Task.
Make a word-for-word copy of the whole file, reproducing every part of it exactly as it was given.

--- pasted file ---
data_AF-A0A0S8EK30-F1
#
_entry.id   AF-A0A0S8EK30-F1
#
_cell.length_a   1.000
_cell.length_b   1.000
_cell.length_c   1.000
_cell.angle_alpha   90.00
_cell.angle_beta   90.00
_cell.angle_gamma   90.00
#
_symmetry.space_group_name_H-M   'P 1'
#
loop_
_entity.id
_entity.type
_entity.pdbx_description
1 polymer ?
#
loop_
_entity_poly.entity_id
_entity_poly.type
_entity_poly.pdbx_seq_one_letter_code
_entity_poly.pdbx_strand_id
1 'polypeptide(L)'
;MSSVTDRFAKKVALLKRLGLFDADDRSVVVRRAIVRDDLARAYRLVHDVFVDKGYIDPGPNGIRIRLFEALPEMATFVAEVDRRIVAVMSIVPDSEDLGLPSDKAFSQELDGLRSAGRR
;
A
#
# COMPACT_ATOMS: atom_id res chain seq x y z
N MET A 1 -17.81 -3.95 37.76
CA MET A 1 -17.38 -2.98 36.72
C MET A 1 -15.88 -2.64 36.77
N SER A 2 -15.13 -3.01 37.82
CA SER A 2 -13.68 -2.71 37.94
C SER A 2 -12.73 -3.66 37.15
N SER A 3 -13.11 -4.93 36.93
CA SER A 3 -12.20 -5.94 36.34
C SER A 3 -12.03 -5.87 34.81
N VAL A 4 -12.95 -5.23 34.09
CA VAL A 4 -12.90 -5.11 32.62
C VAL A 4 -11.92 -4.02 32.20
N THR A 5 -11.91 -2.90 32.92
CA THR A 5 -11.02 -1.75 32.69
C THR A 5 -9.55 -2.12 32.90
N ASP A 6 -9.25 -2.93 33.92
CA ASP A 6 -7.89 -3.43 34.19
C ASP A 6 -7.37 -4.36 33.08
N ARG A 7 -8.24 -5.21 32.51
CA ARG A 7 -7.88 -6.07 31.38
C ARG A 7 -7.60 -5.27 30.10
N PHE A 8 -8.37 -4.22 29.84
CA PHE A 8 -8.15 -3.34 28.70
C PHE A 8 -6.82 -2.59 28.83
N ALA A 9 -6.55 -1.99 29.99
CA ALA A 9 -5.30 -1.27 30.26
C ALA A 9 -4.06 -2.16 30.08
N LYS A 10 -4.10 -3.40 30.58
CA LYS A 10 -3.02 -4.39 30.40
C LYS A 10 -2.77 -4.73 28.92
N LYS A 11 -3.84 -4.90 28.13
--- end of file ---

data_AF-A0A0S8EK30-F1
#
_entry.id   AF-A0A0S8EK30-F1
#
_cell.length_a   1.000
_cell.length_b   1.000
_cell.length_c   1.000
_cell.angle_alpha   90.00
_cell.angle_beta   90.00
_cell.angle_gamma   90.00
#
_symmetry.space_group_name_H-M   'P 1'
#
loop_
_entity.id
_entity.type
_entity.pdbx_description
1 polymer ?
#
loop_
_entity_poly.entity_id
_entity_poly.type
_entity_poly.pdbx_seq_one_letter_code
_entity_poly.pdbx_strand_id
1 'polypeptide(L)'
;MSSVTDRFAKKVALLKRLGLFDADDRSVVVRRAIVRDDLARAYRLVHDVFVDKGYIDPGPNGIRIRLFEALPEMATFVAEVDRRIVAVMSIVPDSEDLGLPSDKAFSQELDGLRSAGRR
;
A
#
# COMPACT_ATOMS: atom_id res chain seq x y z
N MET A 1 -17.81 -3.95 37.76
CA MET A 1 -17.38 -2.98 36.72
C MET A 1 -15.88 -2.64 36.77
N SER A 2 -15.13 -3.01 37.82
CA SER A 2 -13.68 -2.71 37.94
C SER A 2 -12.73 -3.66 37.15
N SER A 3 -13.11 -4.93 36.93
CA SER A 3 -12.20 -5.94 36.34
C SER A 3 -12.03 -5.87 34.81
N VAL A 4 -12.95 -5.23 34.09
CA VAL A 4 -12.90 -5.11 32.62
C VAL A 4 -11.92 -4.02 32.20
N THR A 5 -11.91 -2.90 32.92
CA THR A 5 -11.02 -1.75 32.69
C THR A 5 -9.55 -2.12 32.90
N ASP A 6 -9.25 -2.93 33.92
CA ASP A 6 -7.89 -3.43 34.19
C ASP A 6 -7.37 -4.36 33.08
N ARG A 7 -8.24 -5.21 32.51
CA ARG A 7 -7.88 -6.07 31.38
C ARG A 7 -7.60 -5.27 30.10
N PHE A 8 -8.37 -4.22 29.84
CA PHE A 8 -8.15 -3.34 28.70
C PHE A 8 -6.82 -2.59 28.83
N ALA A 9 -6.55 -1.99 29.99
CA ALA A 9 -5.30 -1.27 30.26
C ALA A 9 -4.06 -2.16 30.08
N LYS A 10 -4.10 -3.40 30.58
CA LYS A 10 -3.02 -4.39 30.40
C LYS A 10 -2.77 -4.73 28.92
N LYS A 11 -3.84 -4.90 28.13